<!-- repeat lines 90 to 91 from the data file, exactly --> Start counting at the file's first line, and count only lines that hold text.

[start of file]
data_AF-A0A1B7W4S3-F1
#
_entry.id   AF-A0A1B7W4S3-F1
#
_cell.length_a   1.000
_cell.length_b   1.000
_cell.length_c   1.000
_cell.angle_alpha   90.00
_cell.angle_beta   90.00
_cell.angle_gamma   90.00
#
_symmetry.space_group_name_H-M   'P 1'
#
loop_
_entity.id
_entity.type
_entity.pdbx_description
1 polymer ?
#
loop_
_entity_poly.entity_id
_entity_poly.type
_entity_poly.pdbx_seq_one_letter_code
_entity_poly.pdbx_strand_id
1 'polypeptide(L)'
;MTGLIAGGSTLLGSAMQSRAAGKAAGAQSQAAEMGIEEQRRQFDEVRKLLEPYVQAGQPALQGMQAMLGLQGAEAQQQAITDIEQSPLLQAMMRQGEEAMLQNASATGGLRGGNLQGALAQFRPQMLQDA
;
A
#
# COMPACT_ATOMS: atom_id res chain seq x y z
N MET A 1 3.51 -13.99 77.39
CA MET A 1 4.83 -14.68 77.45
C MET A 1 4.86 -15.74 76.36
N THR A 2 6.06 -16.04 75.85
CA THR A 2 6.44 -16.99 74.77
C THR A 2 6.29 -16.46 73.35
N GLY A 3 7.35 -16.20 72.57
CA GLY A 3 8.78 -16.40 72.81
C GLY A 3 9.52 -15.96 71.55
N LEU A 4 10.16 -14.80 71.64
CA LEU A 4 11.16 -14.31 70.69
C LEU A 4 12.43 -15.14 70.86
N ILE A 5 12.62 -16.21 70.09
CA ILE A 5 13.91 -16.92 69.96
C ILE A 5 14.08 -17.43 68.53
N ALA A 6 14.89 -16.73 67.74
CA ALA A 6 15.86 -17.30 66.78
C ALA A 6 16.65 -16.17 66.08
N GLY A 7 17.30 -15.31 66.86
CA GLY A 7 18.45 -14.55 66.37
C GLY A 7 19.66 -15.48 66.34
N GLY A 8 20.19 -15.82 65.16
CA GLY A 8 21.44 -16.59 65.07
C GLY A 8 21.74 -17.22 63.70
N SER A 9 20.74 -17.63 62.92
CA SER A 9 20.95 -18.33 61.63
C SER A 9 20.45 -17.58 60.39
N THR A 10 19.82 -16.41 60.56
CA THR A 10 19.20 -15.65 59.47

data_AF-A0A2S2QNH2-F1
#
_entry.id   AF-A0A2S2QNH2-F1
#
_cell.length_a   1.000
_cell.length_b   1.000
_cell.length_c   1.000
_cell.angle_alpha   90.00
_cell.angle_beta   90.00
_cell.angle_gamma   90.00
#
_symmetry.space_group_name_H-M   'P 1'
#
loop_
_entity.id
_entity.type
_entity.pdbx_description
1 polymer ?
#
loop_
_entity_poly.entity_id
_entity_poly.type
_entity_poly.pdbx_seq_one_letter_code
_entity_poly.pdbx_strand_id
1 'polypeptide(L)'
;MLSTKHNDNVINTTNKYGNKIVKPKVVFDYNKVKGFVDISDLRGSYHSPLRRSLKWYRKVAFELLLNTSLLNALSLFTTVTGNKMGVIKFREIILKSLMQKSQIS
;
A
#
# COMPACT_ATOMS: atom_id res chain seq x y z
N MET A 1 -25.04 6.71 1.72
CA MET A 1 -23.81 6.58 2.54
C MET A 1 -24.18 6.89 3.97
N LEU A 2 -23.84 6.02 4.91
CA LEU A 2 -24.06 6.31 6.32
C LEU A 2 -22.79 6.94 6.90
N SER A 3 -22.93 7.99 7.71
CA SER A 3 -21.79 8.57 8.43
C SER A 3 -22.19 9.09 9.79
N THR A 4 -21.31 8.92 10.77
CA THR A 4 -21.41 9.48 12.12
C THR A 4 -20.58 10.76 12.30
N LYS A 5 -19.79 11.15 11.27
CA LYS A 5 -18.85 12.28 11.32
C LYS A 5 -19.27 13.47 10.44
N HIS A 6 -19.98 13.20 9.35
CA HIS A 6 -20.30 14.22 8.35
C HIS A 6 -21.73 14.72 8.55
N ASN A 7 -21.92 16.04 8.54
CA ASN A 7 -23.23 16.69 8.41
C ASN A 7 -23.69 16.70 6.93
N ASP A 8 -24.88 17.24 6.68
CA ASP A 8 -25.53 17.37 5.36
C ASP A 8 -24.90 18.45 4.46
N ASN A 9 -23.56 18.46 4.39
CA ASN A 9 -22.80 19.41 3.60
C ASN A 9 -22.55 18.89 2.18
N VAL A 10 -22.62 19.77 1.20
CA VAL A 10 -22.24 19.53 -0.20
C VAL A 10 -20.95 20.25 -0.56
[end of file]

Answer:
N MET A 1 -25.04 6.71 1.72
CA MET A 1 -23.81 6.58 2.54